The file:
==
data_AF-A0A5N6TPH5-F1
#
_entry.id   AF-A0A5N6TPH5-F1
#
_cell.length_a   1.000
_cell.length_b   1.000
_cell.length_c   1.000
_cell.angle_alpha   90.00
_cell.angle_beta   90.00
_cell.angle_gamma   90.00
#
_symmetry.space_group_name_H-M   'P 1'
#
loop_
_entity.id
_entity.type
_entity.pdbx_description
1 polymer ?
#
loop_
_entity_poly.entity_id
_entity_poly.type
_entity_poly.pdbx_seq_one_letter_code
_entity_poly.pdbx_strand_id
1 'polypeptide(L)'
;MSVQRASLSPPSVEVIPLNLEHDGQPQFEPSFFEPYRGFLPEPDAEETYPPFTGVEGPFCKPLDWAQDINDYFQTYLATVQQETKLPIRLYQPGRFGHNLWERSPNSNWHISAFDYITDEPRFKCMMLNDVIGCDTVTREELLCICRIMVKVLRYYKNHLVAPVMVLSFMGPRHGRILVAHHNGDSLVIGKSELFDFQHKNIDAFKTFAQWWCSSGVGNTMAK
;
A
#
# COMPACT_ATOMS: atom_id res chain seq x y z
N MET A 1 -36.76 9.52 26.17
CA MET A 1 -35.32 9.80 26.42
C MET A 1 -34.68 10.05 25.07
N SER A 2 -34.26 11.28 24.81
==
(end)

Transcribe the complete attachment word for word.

data_AF-A0A5N6TPH5-F1
#
_entry.id   AF-A0A5N6TPH5-F1
#
_cell.length_a   1.000
_cell.length_b   1.000
_cell.length_c   1.000
_cell.angle_alpha   90.00
_cell.angle_beta   90.00
_cell.angle_gamma   90.00
#
_symmetry.space_group_name_H-M   'P 1'
#
loop_
_entity.id
_entity.type
_entity.pdbx_description
1 polymer ?
#
loop_
_entity_poly.entity_id
_entity_poly.type
_entity_poly.pdbx_seq_one_letter_code
_entity_poly.pdbx_strand_id
1 'polypeptide(L)'
;MSVQRASLSPPSVEVIPLNLEHDGQPQFEPSFFEPYRGFLPEPDAEETYPPFTGVEGPFCKPLDWAQDINDYFQTYLATVQQETKLPIRLYQPGRFGHNLWERSPNSNWHISAFDYITDEPRFKCMMLNDVIGCDTVTREELLCICRIMVKVLRYYKNHLVAPVMVLSFMGPRHGRILVAHHNGDSLVIGKSELFDFQHKNIDAFKTFAQWWCSSGVGNTMAK
;
A
#
# COMPACT_ATOMS: atom_id res chain seq x y z
N MET A 1 -36.76 9.52 26.17
CA MET A 1 -35.32 9.80 26.42
C MET A 1 -34.68 10.05 25.07
N SER A 2 -34.26 11.28 24.81